Gekaapte Brieven

About the Corpus application

The corpus application is developed by the INT. The backend of the application is the BlackLab Lucene based search engine developed for corpora with token-based annotation ( The web-based frontend is a further development of the corpus-frontend application developed by INT ( in CLARIN and CLARIAH projects. Its design is inspired by the first version of the OpenSoNaR user interface by Tilburg and Radboud University (

About the Gekaapte Brieven

The Gekaapte Brieven comprises the transcriptions of 5862 letters and other documents, such as bills, that were written in the 17th and 18th centuries to and from sailors and others from abroad. These letters and documents were present on Dutch ships that were hijacked by the English during one of the four wars that were fought by Britain and the Republic of the Seven United Provinces in this period. These letters ended up in the archives of the High Court of Admiralty (now part of The National Archives in Kew), where Dutch historian S. Braunius rediscovered them in 1980. Within Metamorfoze, the contents of 7 boxes were photographed, yielding around 9000 scans available at the Dutch National Archive with the inventory numbers HCA30-223, HCA30-226, HCA30-227, HCA30-336, HCA30-379 and HCA30-749.

In 2011 a crowdsourcing project was launched at the Meertens Institute by Nicoline van der Sijs to add metadata (such as date, sender, addressee, addresses, genre) and transcriptions to the 9000 available scans in order to make the Gekaapte Brieven accessible for research. This project was made possible by support from the Culture Fund. Volunteers made so-called diplomatic transcriptions, meaning they followed the original as faithfully as possible. For more information (in Dutch) see this pdf. Thanks to the crowdsourcing project, it became clear that about 6000 of the 9000 scans contain handwritten text (the rest are blank pages or pages from printed books), with about half of the documents being bills, and the other half being personal letters. Most of the documents are written in Dutch, but some are in other languages, such as French, Spanish, Portuguese or German. The letters date from the 17th and 18th centuries. Two-thirds of the 17th-century letters were written between 1664-1672. Most of the 18th-century letters come from the period 1773-1790.

In two tranches, in 2012 and 2014, the transcriptions and scans were placed on a website at the Meertens Institute, developed by Rob Zeeman. Since then the metadata have been enriched and corrected with a grant from the Time Capsule project. The technology of the website was outdated in 2019, which meant the transcriptions were no longer available. The data were then transferred to the Institute of the Dutch Language (INT), where the metadata were cleaned up and enriched, and a new website and search engine for the data were developed. For an overview and explanation of the metadata, see the Application manual.

The title of each document contains information about the inventory number under which it can be found in the National Archives. Texts can be searched and filtered by metadata and by words in the texts. The page and a thumbnail of the original photograph are displayed. That photo can also be viewed separately in high resolution. When you click on this, a new page is shown where you can find the Content (thumbnail and transcription), Metadata, Statistics (number of tokens, number of unique word types, type/token ratio) and Page image (original scan in high resolution) of the document. If a letter or document consists of more than one page, under Content the thumbnails of the corresponding pages are shown in the left-hand column; to consult these, you can click on the thumbnail. See the Application manual for further information.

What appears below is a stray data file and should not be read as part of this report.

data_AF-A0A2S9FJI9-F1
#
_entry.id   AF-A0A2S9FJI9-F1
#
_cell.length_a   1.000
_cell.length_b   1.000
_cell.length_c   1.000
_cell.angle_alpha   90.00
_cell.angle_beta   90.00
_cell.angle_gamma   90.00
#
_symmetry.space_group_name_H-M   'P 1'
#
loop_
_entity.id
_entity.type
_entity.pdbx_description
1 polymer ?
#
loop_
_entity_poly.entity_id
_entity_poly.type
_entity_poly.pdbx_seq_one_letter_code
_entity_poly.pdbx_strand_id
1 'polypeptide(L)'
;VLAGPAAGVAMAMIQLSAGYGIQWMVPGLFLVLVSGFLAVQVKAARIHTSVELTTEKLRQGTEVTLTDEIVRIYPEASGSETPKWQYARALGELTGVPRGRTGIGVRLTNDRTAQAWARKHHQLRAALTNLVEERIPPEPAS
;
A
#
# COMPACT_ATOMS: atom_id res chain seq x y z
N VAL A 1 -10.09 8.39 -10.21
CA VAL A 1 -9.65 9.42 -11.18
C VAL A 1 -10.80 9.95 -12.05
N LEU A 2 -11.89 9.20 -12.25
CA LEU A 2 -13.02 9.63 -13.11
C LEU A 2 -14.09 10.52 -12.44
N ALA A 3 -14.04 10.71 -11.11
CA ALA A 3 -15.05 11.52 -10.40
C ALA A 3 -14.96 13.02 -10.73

Of a small number of pages, we could not identify which document they belonged to; this was caused by the way the originals were photographed. In those cases, we displayed the documents in the order of the inventory number. To find all letters from one writer or one recipient, the spelling of the names in the Sender field and in the Recipient field have been normalised. Some documents are undated. To these, we automatically added an indication of the period from which they date, e.g. 1642-1675 or 1773-1790.

The Gekaapte Brieven website supplements the website Brieven als Buit, also hosted by the INT, which contains 1033 letters with additional metadata and was developed under the supervision of Marijke van der Wal.


We would like to thank the 110 volunteers of the Stichting Vrijwilligersnetwerk Nederlandse Taal who took care of the transcription and correction of all texts and metadata.

We would like to thank Peter van den Hooff and Harm Zwarts from the Time Capsule project for correcting the metadata.

When referring to the Gekaapte Brieven, please use the following reference:

Gekaapte Brieven (December 2023) [Online Service]. Available at the Dutch Language Institute:

For information on the Gekaapte Brieven, please contact the project leader Nicoline van der Sijs.

For BlackLab:

Software available at

Does, Jesse de, Jan Niestadt en Katrien Depuydt (2017), Creating research environments with BlackLab. In: Jan Odijk and Arjan van Hessen (eds.) CLARIN in the Low Countries, 151-165. London: Ubiquity Press. DOI:

For the corpus frontend:

Software available at:

Instituut voor de Nederlandse Taal Meertens Instituut Cultuurfonds Stichting Vrijwilligersnetwerk Nederlandse Taal Nationaal Archief Koninklijke Bibliotheek